Ireland to unveil growth budget after 6 years of austerity, plans to close Irish tax loopholes

The age of austerity is ending in Ireland after six years of grueling tax hikes and spending cuts.

Finance Minister Michael Noonan is unveiling a 2015 budget Tuesday expected to contain around 1 billion euros ($1.27 billion) in income tax breaks and spending increases, ending a seven-budget run that slashed 30 billion euros from the economy. The move follows Ireland's 2013 exit from an international bailout and unexpectedly strong growth this year in gross domestic product.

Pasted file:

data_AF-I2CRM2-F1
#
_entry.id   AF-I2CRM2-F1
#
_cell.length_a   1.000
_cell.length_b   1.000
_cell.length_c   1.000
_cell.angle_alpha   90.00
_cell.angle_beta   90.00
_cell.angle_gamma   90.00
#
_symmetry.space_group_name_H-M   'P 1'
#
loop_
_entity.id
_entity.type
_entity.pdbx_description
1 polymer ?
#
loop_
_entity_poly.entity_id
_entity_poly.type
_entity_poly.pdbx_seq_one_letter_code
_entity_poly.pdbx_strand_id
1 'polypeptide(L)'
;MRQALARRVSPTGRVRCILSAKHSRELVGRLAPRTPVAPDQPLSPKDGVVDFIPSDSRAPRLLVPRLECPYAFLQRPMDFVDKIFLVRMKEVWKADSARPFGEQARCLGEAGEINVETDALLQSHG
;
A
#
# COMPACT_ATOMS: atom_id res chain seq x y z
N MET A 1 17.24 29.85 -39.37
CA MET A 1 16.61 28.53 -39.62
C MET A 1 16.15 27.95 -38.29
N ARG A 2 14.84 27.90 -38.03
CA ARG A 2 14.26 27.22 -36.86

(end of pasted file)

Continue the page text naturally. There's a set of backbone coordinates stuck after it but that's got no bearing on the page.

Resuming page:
Noonan says Ireland should achieve a deficit target below 3 percent of GDP in 2015 without net cuts. This would be the first time Ireland observes that eurozone deficit ceiling since 2007.

Noonan also plans to announce reforms to controversial Irish corporate tax rules that allow U.S. multinationals to minimize taxes on overseas profits.